Are you one of the “lucky” ones?
Bank of America announced late Friday that it is in the process of mailing roughly 150,000 letters to distressed homeowners, offering to pay off their second mortgages as part of the national foreclosure settlement.
Before this announcement, they had been lacking in the assistance department and getting bad press because of it.
The Charlotte-based bank said it began mailing the letters back in July, and will continue to inform pre-qualified homeowners throughout the year.
The program is opt-out, meaning the borrower’s second mortgage will be fully paid off, or “extinguished,” unless the customer contacts the bank within 30 days of receiving the letter to decline the offer.
By paying off the second mortgages of struggling borrowers, Bank of America said its goal is to put homeowners in better equity positions in the hopes they’ll get back on their feet.
In other words, if they can remove the burden of a big second mortgage and push the borrower’s loan-to-value ratio below 100%, homeowners might change their tune and ride out the storm, especially with the prospect of rising home prices on the horizon.
Who Qualifies for Relief?
First and foremost, you must have a second mortgage. That’s a big no-brainer.
On top of that, the mortgage must be owned and serviced by Bank of America, though it technically doesn’t matter who owns the first mortgage.
Bank of America only seems to be offering this assistance to those behind on their mortgage payments, namely second mortgages.
However, there may be cases where borrowers are current on their second mortgages and delinquent on the first, probably because payments on the former are more manageable.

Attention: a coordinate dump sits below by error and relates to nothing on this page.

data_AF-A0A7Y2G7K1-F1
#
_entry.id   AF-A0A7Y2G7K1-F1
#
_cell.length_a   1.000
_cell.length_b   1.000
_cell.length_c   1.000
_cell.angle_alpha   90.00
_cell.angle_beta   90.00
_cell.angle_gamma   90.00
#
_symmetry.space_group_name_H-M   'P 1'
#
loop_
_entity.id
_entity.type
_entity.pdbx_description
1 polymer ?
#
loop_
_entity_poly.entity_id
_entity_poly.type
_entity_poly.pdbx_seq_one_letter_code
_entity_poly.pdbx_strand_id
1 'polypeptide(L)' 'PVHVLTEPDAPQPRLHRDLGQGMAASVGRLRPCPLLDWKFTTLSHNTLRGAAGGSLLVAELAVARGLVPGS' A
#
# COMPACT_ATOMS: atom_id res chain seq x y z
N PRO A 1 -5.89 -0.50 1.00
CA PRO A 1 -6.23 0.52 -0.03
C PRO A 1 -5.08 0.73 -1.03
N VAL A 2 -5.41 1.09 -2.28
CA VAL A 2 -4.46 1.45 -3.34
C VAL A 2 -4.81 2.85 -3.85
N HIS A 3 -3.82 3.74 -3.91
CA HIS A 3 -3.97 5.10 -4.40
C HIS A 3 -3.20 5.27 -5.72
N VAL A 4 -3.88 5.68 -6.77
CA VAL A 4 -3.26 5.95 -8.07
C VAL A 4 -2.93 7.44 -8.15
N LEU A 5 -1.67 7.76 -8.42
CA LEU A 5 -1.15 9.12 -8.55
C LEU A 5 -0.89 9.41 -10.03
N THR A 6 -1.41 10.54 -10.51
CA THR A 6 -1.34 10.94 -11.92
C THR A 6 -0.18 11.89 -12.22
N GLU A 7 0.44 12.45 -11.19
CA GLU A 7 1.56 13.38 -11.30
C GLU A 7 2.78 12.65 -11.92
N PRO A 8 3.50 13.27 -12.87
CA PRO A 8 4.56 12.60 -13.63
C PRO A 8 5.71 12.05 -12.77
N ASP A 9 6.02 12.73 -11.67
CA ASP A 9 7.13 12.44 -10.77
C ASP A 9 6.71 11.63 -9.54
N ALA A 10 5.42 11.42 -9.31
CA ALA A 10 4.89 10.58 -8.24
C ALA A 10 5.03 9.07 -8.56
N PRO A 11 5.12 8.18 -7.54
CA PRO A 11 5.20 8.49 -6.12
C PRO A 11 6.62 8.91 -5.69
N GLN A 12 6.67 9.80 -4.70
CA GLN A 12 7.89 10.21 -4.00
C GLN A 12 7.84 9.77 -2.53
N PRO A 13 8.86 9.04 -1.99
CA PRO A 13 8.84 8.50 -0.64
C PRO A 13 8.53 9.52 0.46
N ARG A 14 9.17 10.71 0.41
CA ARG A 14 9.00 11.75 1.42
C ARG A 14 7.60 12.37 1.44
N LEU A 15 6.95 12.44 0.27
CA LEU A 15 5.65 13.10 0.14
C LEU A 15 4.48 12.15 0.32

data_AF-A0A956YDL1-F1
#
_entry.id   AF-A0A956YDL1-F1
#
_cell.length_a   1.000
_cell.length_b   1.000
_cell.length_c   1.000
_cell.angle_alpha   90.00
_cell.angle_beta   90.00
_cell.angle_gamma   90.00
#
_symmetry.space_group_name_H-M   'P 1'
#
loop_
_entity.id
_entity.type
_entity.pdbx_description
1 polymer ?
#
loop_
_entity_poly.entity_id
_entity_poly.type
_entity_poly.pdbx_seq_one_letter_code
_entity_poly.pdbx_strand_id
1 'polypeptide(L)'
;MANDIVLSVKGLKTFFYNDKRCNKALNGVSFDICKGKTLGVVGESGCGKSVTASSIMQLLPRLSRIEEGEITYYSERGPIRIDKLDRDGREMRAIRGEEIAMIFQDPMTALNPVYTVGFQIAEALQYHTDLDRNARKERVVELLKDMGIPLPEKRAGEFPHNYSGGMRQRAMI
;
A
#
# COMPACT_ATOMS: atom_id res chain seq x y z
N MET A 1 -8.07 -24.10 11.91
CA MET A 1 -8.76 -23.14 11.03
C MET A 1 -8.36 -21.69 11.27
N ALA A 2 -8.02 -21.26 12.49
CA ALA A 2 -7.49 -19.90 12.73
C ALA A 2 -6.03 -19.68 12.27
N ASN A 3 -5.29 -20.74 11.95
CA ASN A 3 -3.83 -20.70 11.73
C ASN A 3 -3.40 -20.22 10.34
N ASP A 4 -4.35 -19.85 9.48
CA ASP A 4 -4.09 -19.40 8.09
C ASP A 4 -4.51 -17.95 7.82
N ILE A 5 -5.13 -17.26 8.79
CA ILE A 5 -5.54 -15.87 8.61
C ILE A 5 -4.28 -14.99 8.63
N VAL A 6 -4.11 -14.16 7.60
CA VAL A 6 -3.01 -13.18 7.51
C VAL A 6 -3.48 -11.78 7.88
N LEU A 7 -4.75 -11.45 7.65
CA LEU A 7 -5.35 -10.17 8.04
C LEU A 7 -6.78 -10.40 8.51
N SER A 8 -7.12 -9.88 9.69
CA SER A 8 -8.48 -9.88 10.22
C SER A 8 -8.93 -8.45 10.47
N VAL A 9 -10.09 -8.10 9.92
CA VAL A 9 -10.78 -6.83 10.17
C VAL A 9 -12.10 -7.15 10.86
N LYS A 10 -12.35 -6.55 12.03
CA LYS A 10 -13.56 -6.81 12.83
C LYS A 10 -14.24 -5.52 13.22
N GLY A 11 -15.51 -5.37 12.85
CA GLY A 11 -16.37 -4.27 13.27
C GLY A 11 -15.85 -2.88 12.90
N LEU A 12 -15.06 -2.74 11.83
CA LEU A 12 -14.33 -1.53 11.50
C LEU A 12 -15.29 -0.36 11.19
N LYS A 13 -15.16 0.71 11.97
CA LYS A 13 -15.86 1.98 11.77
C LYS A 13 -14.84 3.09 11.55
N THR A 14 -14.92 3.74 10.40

At the moment, only those who receive the letters are eligible, so calling the bank probably won’t get you very far.
But you can still contact the bank to see if you’re eligible for other relief, such as a loan modification via their proprietary program.
What Are the Implications?
Well, because the entire second mortgage is being paid and closed, it will no longer get in the way of any foreclosure proceedings.
So there is a dark side to this potentially, assuming the borrower is in the process of foreclosure and the second mortgage was complicating an otherwise streamlined process.
Bank of America explicitly mentions that the elimination of a second mortgage won’t necessarily stop foreclosure proceedings tied to the first mortgage.
At the same time, the lack of a second mortgage means it won’t stand in the way of a possible loan modification or a short sale, so it goes both ways.
Still, most second mortgages are going for pennies on the dollar in short sale transactions, and with that opt-out business, you have to wonder.
When it comes to credit scores, Bank of America will report the account as paid and closed, meaning it shouldn’t hurt (or necessarily help) the consumer in any way.
This also means Bank of America won’t come after the homeowner for a deficiency judgment, though the forgiveness of debt could trigger a tax liability if an exception isn’t granted.
Ally/GMAC, Chase, Citi, and Wells Fargo are the other lenders involved in the 49-state settlement announced back in February, which doesn’t include Oklahoma.